There will be a transitional provision for cases where an Option to Purchase (OTP) has been granted by sellers to potential buyers on or before Thursday, and this OTP has not been varied on or after Friday. For such cases, the previous ABSD rates, instead of the revised ones, will apply if the OTP is exercised within three weeks of the announcement or the OTP validity period, whichever is earlier.

The joint statement noted that private residential prices began rising in the third quarter of last year after declining gradually for almost four years between mid-2013 and mid-2017. On Monday, Urban Redevelopment Authority (URA) statistics showed that property prices had risen to the highest since 2014.

“Prices have increased sharply by 9.1 per cent over the past year. Demand for private residential property has also seen a strong recovery, as transaction volumes continue to rise,” said the statement.

“The sharp increase in prices, if left unchecked, could run ahead of economic fundamentals and raise the risk of a destabilising correction later, especially with rising interest rates and the strong pipeline of housing supply.”

MARKET CAUGHT OFF GUARD

Some analysts were surprised by the latest move to cool measures, as they noted that the property market is already showing some signs of slowing down.

Ms Li said that she was “pretty surprised", as residential units in new project launches have seen slow take-up rates, while the en bloc market is experiencing fatigue.

“If this development continues, I think the property market would still go back to the price trajectory that the Government hoped for,” she added.

Others like Mr Ku Swee Yong, chief executive officer of International Property Advisor, said the surprise came more from the timing of the measures, which were announced just a day after MAS’s managing director Ravi Menon sounded warnings on the property market.

On Wednesday, Mr Menon advised developers, home buyers, and banks to exercise caution amid “euphoria” in the current property market. “We're sounding cautions to everyone to be sober, to be balanced and exercise good judgement," he said at a briefing on the central bank's annual report.

Earlier on Thursday, DBS chief executive officer Piyush Gupta referred to Mr Menon’s remarks, and said that the possibility of the Government introducing cooling measures “can’t be discounted”.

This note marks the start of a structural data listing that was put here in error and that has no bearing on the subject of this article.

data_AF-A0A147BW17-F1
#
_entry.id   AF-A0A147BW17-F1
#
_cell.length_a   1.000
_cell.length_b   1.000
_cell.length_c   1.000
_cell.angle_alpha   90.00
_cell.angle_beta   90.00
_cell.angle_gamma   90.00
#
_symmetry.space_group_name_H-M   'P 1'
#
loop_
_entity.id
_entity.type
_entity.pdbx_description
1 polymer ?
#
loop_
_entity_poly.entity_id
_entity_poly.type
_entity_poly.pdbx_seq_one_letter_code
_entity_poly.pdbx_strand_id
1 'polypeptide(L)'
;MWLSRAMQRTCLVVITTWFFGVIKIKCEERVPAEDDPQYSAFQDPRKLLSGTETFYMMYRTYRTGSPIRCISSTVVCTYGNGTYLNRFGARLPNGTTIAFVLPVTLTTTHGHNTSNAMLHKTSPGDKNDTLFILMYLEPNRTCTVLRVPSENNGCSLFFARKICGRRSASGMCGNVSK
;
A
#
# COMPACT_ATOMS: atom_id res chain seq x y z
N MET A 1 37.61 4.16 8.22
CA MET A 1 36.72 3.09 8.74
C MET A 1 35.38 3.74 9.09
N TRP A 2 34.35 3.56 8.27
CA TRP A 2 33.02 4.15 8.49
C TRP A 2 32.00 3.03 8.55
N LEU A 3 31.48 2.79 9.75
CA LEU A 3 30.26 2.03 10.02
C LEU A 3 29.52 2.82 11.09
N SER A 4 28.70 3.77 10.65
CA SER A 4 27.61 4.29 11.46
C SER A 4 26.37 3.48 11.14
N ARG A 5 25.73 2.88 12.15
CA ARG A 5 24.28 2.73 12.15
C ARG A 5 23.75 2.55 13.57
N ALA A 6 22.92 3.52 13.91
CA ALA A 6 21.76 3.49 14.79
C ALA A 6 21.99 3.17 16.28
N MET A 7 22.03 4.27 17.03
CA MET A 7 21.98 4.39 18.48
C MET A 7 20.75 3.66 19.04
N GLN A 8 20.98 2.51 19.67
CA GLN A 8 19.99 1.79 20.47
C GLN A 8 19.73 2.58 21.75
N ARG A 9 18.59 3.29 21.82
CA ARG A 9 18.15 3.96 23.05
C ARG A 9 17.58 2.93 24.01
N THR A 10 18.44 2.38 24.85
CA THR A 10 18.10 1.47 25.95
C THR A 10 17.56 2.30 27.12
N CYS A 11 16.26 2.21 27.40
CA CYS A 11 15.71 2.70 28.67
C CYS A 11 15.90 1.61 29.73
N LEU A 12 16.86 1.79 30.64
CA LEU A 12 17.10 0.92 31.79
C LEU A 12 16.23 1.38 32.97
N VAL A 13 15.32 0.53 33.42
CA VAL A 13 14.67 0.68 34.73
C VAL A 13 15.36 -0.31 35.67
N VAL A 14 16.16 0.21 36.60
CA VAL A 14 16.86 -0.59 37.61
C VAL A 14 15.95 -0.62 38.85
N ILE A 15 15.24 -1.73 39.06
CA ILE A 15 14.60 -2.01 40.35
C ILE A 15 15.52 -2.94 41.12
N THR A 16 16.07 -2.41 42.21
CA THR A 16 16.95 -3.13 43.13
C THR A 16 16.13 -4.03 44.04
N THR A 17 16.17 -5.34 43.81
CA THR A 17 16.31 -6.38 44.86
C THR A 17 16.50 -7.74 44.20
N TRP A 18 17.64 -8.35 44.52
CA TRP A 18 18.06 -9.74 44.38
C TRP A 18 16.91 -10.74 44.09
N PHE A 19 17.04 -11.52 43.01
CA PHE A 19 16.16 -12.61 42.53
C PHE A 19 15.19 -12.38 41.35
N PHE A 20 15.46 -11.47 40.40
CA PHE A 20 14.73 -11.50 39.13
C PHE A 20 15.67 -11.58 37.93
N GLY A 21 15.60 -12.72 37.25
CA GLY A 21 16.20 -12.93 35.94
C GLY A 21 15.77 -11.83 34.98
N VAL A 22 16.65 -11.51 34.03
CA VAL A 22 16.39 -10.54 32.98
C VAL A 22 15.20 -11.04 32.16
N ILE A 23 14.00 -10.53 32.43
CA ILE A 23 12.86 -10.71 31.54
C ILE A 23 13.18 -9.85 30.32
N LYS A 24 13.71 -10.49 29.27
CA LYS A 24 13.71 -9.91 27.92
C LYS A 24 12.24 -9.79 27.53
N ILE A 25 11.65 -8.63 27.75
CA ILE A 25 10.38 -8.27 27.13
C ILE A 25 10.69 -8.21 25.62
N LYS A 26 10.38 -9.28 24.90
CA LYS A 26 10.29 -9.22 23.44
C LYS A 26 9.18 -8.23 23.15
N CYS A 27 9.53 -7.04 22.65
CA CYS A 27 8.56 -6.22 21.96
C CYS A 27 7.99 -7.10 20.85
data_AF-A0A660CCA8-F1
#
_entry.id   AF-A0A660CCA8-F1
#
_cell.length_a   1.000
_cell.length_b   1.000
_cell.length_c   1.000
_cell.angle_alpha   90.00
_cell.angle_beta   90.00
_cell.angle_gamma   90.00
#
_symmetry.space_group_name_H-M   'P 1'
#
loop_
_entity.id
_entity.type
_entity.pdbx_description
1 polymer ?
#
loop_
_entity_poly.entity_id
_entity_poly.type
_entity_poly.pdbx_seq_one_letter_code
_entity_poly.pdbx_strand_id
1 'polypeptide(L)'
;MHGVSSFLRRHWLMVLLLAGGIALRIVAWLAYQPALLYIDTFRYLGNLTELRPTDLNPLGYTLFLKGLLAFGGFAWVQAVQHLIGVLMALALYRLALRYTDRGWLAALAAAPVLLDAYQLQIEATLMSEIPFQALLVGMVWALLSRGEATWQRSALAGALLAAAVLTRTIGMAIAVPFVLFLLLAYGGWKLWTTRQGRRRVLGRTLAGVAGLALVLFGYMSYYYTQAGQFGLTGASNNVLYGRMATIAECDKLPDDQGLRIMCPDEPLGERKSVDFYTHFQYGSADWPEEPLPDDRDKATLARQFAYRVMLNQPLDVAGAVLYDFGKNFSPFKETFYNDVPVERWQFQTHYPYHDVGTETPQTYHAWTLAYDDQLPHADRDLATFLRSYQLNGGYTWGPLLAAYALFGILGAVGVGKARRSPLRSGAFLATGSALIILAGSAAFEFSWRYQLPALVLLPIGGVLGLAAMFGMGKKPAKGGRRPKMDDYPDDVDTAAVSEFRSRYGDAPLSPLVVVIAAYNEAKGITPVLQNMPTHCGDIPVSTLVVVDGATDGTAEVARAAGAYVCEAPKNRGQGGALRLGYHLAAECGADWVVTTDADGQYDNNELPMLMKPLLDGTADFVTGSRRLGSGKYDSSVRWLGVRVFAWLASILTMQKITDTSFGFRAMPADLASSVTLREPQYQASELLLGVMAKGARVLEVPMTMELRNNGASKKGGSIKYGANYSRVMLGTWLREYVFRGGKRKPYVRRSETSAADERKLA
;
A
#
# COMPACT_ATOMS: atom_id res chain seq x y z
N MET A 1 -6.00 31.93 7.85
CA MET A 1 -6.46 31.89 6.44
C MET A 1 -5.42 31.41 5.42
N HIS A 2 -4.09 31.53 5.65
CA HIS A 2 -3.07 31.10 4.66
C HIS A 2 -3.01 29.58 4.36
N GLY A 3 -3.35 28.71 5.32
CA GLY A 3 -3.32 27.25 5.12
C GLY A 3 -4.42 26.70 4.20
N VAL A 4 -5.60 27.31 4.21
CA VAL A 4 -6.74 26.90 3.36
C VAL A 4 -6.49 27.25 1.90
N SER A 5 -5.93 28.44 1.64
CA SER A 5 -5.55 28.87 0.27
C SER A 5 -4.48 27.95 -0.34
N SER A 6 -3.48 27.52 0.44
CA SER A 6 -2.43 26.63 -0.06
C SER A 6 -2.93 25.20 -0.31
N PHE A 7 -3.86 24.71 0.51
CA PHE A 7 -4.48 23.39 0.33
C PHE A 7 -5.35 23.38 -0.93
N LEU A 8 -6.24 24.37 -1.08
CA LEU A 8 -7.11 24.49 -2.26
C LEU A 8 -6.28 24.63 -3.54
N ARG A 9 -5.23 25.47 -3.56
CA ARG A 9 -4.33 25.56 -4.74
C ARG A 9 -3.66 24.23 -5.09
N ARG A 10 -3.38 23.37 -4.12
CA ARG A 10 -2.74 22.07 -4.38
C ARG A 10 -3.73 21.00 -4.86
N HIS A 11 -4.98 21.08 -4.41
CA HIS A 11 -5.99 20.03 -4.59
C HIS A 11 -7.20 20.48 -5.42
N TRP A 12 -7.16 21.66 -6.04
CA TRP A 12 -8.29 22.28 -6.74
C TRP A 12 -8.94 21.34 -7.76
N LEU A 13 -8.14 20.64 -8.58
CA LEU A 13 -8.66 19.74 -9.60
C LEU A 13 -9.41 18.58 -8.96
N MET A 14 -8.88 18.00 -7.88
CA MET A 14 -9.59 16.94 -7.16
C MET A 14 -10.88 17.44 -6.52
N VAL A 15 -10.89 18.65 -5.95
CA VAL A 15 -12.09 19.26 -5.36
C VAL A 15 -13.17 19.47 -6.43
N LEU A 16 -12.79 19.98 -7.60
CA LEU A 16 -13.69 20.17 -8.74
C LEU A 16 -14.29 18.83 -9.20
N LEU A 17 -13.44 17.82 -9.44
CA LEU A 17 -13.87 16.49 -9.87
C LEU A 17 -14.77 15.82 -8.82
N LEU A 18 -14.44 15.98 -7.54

"The MAS is getting nervous...And so, from my understanding, is the URA," said Mr Gupta at a luncheon on the bank's market outlook for the second half of 2018.

Aside from the timing, analysts were also shocked by the heavy-handedness of the cooling measures.

With the property market only into its first year of recovery, Mr Mak said “these draconian measures are like … strangling the baby in the cradle”.

But Mr Ku pointed out that there are some benefits, particularly for the banking system as “it prevents the banks from being overly invested in the real estate sector”.

Mr Desmond Sim, head of research for Singapore and Southeast Asia at CBRE, said that the measures are targeted at speculative buyers, and will “curb exuberance on the land cost.”

“The measures are there basically not to kill demand but to make sure that the demand is genuine,” he added.

Analysts generally agreed that the measures would put the brakes on price increases, and reduce the volume of sales in the short-term.

However, prices would not decline immediately, said Ms Li, as developers would not slash prices in the near term since they have deep pockets.

CORRECTION: An earlier version of the story stated that Cushman and Wakefield senior director Christine Li said it was not an issue for developers to meet the five-year deadline of selling off all their units before applying for the remission of the 25 per cent ABSD. This is incorrect. Ms Li was referring to the 15 per cent ABSD which developers were previously subjected to. We are sorry for the error.